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Wireless Hill Future – Part 5 of 6

Posted by ken On October - 9 - 2011

Wireless Hill Future – Part 5 of 6

In the 1950s and 1960s some of the equipment looked like the old fashioned science fiction contraptions from a mad scientists laboratory, reminiscent of the sets found in the 1930s and 1940s black and white cinema matinee serials. It was bulky and populated with many vacuum tubes, which often glowed and flickered in the dark. Technicians and operators had to wear a white shirt with tie, dark trousers and black shoes at TVW back then, and a dust coat on many occasions. Otherwise the uniform was white overalls with a red embroidered TVW7 emblazoned across the chest.

The electronic studio cameras were also bulky and heavy. They required time to warm up to where the massive image orthicon tube would be at an operational temperature and remain stable for the rest of the day. Each day they needed to be aligned against a test chart to insure there was no geometric distortion and that the settings were at an optimum so that the pictures of all studio cameras matched each other.

Just being told how big and complex these machines were is not enough to fully appreciate how different things were back then. Only a museum can offer the present generation the opportunity to stand next to this equipment and share the experience.

Equipment which cost an absolute fortune in those days, and was gear that could be cantankerous with a personality of its own. Operators and technicians gained a feel for this quirkiness and knew how to nurse the machinery through each day.

Great strides were made during this era as early computers began to mature too, even if they be considered primitive by todays standard.

The worlds first commercial time-sharing computer was developed in 1963, and the only surviving example was on display at the Wireless Hill Telecommunications Museum.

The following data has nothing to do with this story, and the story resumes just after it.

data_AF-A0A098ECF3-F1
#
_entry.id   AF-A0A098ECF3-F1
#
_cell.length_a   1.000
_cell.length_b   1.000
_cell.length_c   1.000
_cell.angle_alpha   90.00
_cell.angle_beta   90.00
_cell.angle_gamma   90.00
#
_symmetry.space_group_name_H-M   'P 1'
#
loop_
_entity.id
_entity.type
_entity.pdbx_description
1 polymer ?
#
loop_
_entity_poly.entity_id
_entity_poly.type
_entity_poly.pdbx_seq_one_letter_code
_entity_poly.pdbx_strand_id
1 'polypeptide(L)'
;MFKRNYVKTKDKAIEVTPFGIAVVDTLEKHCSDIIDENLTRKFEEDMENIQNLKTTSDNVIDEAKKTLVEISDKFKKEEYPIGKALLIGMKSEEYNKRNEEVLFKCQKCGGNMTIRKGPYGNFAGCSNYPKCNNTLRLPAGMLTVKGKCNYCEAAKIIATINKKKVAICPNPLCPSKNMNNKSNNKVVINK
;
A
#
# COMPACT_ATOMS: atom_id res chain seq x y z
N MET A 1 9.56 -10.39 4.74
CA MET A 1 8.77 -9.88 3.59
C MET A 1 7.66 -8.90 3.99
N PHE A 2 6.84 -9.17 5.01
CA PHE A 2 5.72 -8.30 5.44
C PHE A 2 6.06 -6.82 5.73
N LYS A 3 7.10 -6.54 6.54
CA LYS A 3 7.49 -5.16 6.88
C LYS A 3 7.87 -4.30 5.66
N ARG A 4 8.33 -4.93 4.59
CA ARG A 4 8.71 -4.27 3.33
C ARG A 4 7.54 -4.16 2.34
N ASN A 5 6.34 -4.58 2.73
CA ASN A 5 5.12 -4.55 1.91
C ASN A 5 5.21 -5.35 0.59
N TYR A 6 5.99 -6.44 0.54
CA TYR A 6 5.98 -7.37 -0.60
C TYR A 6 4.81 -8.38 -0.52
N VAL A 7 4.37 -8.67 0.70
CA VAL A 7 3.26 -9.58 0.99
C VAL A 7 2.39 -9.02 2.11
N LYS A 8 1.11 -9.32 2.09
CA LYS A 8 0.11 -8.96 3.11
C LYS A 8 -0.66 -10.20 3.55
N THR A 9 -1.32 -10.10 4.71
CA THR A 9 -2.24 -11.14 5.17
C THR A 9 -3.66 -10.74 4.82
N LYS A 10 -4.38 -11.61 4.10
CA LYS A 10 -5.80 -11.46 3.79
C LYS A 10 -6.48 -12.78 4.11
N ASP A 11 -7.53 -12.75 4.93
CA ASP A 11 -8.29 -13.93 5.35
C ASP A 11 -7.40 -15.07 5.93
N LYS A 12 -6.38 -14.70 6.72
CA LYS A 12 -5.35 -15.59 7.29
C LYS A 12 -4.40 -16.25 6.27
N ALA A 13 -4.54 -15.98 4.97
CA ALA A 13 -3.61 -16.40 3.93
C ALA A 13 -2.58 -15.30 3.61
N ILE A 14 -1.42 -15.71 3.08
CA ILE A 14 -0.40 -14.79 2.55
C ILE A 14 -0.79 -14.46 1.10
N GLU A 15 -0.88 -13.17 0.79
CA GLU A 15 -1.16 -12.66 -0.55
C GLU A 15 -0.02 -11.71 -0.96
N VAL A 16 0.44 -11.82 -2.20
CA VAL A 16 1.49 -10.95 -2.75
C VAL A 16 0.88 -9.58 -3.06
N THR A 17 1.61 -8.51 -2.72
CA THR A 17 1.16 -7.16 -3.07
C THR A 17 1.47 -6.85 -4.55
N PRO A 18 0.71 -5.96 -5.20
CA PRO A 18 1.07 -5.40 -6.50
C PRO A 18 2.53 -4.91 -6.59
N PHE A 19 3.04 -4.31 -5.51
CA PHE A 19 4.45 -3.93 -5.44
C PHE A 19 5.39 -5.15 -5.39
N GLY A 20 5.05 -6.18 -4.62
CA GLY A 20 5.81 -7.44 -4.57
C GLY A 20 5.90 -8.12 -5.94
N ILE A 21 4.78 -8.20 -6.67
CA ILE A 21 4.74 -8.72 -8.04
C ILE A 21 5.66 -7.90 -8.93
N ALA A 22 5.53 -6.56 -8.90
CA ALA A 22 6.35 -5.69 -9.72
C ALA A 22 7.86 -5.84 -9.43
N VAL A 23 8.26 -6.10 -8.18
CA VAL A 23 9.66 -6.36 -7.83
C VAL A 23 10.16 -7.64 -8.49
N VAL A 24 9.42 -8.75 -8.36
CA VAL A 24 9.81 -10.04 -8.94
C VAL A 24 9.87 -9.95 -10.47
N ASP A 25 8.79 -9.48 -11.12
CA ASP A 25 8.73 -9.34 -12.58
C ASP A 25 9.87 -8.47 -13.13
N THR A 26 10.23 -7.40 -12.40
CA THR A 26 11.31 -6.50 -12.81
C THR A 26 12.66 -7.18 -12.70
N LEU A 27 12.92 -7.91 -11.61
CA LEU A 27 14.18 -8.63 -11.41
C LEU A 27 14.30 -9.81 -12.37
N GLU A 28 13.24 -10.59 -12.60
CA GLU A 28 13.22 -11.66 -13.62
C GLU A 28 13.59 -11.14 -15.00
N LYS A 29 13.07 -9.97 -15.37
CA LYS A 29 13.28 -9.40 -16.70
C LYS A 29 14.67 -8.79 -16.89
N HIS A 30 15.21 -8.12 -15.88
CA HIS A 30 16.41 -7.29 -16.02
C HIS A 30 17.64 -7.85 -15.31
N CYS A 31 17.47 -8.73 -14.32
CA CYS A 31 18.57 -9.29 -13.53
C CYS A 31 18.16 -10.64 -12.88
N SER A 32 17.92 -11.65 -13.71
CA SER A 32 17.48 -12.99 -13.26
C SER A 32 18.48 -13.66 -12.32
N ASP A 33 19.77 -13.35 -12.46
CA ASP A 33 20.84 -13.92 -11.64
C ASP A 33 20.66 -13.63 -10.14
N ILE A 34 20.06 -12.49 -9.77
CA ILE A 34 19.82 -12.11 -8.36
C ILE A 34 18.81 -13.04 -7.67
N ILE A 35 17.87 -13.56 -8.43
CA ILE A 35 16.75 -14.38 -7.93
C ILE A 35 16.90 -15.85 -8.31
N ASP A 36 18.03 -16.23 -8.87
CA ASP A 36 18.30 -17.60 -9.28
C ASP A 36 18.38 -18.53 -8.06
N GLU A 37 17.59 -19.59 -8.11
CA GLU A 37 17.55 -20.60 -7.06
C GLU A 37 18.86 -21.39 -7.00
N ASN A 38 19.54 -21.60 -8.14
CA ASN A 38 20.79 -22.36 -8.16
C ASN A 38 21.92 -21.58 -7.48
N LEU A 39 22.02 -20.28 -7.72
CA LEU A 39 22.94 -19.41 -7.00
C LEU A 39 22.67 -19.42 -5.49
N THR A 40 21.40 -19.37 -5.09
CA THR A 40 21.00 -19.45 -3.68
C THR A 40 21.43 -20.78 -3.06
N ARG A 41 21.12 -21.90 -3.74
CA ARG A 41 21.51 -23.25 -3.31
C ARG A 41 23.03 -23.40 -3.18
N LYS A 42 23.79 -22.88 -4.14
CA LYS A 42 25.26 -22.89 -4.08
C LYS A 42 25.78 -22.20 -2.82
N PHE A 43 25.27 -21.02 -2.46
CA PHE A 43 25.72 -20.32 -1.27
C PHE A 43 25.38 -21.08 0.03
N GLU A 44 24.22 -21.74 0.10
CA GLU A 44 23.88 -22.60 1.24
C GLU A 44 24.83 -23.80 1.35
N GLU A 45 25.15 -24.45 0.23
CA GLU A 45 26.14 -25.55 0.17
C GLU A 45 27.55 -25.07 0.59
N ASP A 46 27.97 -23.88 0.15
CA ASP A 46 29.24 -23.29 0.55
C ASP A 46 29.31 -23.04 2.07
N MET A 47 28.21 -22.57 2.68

It was also a decade in which the first man stepped on the moon.

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TVW Channel 7’s Vintage RCA TRT-IB Videotape Machine Equipment on loan from Seven Perth

(Photo taken by the author at the Wireless Hill Telecommunications Museum)

TVW donated a range of TV and radio equipment to the museum from the earliest 6ML and 6IX facilities to Seven’s first videotape machine that was put into service in 1962, prior to Perth Commonwealth and Empire Games of the same year. Two of these black and white low band machines were initially purchased, with many more RCA and Ampex machines to follow over the years as the technology was refined. The vintage machine on display was responsible for recording the major shows Seven produced during the first decade of television in WA and replayed on Seven the episodes of every popular program recorded locally or interstate. Such shows as Graham Kennedy’s “In Melbourne Tonight”, Brian Henderson’s “Bandstand”, Johnny O’Keefe’s “Sing Sing Sing”, Bobby Limb’s “Sound of Music”, Bob Dyer’s “Pick a Box”, and much more. This machine is a real rarity which provided reliable service over many years during the pioneering era of television in Western Australia. Only one other is known to exist in the World, and that is in the United States.

TVW’s First Videotape Machine – RCA TRT-IB